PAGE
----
Tuesday, June 14, 2011

Michael Harkin's Speech at Grant's Conference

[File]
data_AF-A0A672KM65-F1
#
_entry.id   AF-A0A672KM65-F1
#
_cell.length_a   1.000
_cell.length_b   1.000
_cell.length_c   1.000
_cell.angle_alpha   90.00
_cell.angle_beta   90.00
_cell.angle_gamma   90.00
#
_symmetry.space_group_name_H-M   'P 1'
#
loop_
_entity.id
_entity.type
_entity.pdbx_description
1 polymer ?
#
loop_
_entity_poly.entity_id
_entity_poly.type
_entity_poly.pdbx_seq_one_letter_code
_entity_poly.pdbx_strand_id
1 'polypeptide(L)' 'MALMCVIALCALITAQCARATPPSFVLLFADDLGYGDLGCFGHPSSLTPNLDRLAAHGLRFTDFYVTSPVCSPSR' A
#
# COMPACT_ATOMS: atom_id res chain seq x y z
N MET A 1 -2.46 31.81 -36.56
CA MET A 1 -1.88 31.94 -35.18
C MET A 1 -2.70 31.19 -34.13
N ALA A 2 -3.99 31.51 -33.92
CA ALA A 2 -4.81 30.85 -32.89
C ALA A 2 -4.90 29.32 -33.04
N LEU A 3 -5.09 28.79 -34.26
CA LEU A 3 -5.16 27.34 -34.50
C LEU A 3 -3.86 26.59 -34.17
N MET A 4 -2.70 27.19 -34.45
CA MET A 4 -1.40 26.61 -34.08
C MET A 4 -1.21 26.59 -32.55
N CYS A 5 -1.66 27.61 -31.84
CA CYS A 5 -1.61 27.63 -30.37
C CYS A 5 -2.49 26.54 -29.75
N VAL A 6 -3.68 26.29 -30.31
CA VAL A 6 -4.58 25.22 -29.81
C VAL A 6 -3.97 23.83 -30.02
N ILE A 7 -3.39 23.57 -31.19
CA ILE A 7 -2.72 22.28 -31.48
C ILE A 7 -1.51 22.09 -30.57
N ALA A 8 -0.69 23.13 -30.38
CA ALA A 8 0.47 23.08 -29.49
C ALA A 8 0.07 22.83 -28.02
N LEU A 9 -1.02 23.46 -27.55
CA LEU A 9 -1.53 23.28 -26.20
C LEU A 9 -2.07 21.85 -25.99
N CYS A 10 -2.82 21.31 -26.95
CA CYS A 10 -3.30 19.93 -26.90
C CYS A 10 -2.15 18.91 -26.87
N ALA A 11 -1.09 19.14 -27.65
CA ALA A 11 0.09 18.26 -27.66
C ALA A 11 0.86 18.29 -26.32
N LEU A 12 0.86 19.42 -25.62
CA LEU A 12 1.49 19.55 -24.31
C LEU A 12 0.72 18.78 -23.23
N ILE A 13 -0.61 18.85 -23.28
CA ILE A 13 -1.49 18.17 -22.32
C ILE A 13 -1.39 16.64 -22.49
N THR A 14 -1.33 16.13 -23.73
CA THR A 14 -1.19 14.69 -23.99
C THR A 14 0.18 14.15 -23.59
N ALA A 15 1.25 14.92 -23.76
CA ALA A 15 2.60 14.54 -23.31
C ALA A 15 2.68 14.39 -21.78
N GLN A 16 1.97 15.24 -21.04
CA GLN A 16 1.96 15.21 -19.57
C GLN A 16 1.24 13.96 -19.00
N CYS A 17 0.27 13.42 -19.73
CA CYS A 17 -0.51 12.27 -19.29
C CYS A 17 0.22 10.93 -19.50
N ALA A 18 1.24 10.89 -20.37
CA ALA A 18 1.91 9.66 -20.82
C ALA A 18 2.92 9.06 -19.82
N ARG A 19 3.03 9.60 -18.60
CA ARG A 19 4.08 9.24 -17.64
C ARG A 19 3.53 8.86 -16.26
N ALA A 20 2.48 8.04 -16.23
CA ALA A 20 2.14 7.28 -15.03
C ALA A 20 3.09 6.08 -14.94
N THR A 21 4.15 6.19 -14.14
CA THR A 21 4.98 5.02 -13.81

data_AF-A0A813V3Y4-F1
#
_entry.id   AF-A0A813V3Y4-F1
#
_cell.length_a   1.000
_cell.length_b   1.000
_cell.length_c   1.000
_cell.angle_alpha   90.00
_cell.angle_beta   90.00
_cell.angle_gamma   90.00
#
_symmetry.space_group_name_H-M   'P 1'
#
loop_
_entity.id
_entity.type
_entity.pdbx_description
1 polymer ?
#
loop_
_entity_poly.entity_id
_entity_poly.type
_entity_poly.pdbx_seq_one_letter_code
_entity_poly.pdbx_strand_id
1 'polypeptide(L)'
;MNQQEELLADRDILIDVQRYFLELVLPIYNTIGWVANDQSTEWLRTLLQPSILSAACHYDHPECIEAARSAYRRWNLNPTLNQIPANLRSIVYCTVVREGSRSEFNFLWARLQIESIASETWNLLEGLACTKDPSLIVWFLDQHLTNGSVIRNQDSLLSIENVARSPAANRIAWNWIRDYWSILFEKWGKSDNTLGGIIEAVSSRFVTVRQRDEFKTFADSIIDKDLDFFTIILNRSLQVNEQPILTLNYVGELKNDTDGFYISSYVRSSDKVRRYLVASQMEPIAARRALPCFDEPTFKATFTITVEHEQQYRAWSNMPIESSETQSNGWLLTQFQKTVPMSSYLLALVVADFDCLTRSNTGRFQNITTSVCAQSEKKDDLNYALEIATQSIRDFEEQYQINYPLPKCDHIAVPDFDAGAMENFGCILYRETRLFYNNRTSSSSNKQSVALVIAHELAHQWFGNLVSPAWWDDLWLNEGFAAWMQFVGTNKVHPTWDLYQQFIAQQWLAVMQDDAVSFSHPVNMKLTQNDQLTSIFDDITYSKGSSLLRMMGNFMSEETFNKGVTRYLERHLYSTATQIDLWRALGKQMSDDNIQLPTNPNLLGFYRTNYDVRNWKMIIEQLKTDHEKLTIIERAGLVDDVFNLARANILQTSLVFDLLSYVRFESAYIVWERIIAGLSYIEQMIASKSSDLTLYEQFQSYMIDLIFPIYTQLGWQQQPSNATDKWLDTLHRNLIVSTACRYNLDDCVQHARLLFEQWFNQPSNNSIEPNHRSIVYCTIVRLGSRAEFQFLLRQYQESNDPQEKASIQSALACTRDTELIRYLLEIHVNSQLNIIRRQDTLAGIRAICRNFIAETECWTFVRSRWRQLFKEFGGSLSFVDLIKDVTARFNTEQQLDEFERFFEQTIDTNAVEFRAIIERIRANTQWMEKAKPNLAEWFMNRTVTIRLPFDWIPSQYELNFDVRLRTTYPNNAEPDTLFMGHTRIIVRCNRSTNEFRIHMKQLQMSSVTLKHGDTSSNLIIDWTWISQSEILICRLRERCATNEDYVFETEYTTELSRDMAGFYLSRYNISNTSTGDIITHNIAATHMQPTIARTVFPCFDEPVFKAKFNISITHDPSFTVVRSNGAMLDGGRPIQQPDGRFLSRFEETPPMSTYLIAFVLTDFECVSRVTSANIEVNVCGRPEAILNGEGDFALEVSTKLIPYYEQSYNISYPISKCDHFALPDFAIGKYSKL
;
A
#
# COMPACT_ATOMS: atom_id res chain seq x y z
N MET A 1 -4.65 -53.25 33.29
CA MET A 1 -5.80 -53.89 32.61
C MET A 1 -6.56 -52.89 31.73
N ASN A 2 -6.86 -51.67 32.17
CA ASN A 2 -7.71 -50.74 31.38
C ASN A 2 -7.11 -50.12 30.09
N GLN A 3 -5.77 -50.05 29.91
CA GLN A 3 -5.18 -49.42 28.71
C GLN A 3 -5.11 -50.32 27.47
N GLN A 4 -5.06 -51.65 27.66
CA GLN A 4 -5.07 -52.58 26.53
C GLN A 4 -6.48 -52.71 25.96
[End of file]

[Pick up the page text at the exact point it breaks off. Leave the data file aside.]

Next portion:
My last idea also brings me round again to Anatoly Rybakov, who claimed whenever you wanted to hide something from the KGB it was best to leave it face up on the center of your desk. The neighbors would never think to look there. At this odd moment in capitalism, so much value is lying in plain sight, and we think Google is an example. Google makes more money than all the other internet companies Value Line lists in its internet section combined. The internet has been a remarkable destroyer of business models, but not much of a profit generator. Google steps in to that void. Google has $32 billion in cash on hand, which they got the right way. They didn’t borrow it, they have no debt, they didn’t sell something and the cash is the residue, it isn’t lying around from the IPO. This $147 per share is money that they made, and in only 9 years and a bit as a public company. Now I know there’s been some writing in the New York Times that maybe we should give the cash lying around at tech companies some kind of discount, perhaps because it’s not all in dollars and parked in a U.S. bank, or because it hasn’t been all taxed at American rates. But I would like to pose a question to the Timesmen. If you don’t like cash and the rapid accumulation of more if it, what is it you do like about business? This is silly quibbling from the Times, and if you subtract out the $150 in cash per share, and they earn the $31 a share or more I think they will, you just bought yourself a great inflation hedge at effectively 13 times earnings. And look at that record. Buffett and Munger went on and on at last year’s Woodstock about what a moat Google had, and while we’ll note Microsoft’s Bing has made some inroads, it still is hard to compete with these guys. I don’t know what new act in tights Google will come up with next, although last week’s news articles about how Google is looking to nurture old media content providers by stuffing pillows over their heads left me somewhat perplexed. I’m no great seer in this regard, but do you spend your days like me toggling back and forth between the Google page and the Bloomberg machine? This is nothing like insider knowledge, but can you imagine a morning when Larry Page gets out of bed and says, “I wonder if there is anything more in the financial space for us to do?” About two hours later Bloomberg will look like the Quotron machine did twenty years ago. The Bloomberg is some piece of expensive, archaic, annoying architecture, that looks ripe for the taking, and it would move the needle, at least for a year or two, even at mighty Google.

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